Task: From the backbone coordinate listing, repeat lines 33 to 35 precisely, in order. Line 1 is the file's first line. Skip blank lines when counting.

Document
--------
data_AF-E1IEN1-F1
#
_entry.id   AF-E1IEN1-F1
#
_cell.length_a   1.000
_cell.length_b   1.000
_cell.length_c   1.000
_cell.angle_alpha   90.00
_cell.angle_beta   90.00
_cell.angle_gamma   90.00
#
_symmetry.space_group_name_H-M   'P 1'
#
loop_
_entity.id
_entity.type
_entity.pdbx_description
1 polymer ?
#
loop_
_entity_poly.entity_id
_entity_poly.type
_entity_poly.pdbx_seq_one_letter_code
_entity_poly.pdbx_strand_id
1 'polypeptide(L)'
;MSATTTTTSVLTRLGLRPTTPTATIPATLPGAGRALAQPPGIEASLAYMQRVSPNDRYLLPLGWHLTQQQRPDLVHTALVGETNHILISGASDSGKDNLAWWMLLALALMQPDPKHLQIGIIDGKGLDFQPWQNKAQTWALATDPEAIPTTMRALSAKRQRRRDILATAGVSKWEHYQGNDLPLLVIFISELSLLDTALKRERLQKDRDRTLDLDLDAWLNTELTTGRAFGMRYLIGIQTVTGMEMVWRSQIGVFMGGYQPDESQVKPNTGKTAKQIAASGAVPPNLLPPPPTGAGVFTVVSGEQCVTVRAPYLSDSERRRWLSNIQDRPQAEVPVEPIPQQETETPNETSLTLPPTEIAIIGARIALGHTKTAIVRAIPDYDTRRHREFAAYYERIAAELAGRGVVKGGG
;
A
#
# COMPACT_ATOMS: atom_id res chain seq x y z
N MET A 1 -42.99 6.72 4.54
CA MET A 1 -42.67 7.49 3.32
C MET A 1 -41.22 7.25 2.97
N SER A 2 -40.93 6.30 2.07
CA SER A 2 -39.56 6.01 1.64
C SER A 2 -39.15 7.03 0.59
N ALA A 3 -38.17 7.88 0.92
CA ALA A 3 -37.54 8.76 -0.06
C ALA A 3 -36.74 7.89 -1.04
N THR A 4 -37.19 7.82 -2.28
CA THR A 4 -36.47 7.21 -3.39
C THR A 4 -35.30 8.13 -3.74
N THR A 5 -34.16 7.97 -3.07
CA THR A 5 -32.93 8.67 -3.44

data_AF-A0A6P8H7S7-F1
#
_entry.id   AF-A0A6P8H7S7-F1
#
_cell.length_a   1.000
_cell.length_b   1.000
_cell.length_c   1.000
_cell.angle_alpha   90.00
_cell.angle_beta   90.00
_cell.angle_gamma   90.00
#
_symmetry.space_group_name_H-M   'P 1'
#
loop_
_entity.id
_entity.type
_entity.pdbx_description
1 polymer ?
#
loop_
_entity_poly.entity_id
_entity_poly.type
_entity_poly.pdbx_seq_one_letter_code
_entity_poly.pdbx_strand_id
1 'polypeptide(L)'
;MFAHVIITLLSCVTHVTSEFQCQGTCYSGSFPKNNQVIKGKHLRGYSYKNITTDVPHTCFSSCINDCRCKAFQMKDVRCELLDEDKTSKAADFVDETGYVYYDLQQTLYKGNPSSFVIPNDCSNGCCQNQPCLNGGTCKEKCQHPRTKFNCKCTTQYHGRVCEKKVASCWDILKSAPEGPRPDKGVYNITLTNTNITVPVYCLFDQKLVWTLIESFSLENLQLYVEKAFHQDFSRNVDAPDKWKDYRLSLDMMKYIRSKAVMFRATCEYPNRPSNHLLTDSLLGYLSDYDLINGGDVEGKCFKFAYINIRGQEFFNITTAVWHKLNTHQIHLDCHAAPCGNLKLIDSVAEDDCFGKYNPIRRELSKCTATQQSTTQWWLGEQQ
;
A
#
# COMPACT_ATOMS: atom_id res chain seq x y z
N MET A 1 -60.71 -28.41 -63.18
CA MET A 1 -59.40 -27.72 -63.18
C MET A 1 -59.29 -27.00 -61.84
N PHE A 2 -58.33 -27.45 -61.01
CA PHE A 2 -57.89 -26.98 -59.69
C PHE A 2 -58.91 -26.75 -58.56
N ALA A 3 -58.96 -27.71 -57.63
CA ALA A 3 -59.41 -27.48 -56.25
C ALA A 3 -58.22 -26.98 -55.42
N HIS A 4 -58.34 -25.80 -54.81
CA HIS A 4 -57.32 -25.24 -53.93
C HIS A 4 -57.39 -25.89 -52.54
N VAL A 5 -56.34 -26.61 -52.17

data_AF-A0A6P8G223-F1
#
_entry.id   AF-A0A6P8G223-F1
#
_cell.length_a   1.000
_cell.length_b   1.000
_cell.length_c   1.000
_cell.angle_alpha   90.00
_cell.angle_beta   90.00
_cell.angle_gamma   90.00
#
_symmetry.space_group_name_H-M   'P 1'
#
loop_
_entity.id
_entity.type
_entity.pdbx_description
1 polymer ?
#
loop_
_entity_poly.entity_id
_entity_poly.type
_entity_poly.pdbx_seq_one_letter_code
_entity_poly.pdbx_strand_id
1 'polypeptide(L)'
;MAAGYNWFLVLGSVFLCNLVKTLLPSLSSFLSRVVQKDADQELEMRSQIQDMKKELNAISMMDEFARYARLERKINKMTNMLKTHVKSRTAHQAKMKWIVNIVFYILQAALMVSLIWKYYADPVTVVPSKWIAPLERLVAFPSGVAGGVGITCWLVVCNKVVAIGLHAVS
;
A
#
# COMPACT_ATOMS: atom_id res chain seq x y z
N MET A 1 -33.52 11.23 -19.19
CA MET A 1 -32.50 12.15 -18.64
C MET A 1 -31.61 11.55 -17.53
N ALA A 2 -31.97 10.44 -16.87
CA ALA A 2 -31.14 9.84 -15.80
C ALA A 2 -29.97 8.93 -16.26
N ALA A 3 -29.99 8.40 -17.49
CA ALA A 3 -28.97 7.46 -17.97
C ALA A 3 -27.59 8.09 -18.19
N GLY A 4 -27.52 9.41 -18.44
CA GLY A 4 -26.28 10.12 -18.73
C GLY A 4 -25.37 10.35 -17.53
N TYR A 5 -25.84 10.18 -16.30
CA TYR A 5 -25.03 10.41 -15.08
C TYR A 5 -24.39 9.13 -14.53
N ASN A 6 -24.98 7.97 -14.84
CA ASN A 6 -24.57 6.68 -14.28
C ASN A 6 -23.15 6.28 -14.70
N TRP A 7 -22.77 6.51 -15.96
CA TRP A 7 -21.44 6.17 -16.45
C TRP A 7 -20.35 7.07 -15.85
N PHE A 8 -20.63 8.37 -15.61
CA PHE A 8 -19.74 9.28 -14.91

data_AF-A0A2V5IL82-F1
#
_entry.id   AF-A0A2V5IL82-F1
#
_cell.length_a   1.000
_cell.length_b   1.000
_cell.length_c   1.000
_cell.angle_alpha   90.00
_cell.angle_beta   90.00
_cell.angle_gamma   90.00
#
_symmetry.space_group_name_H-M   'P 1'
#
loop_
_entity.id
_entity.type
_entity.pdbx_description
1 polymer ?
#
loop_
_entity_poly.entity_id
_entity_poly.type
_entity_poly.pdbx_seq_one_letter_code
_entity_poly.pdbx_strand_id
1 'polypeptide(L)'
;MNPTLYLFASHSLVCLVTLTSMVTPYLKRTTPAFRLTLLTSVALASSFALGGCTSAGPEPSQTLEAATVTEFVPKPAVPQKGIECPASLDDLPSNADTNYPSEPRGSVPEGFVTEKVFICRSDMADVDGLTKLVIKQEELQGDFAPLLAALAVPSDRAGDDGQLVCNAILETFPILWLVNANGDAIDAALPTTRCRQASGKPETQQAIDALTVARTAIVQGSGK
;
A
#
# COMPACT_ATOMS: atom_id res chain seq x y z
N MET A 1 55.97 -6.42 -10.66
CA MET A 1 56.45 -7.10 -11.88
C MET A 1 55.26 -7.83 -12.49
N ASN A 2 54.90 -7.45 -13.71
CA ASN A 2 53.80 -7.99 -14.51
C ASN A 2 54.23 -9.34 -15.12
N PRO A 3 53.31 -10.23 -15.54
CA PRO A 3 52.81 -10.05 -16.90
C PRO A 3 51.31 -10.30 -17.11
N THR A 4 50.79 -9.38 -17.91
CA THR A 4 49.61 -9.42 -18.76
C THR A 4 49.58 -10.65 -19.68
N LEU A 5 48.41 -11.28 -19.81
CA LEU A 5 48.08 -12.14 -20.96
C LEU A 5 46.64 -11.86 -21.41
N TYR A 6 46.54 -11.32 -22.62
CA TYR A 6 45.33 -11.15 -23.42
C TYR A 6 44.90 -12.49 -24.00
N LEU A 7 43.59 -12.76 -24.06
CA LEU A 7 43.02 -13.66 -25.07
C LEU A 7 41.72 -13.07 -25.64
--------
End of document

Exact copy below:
C MET A 1 -41.22 7.25 2.97
N SER A 2 -40.93 6.30 2.07
CA SER A 2 -39.56 6.01 1.64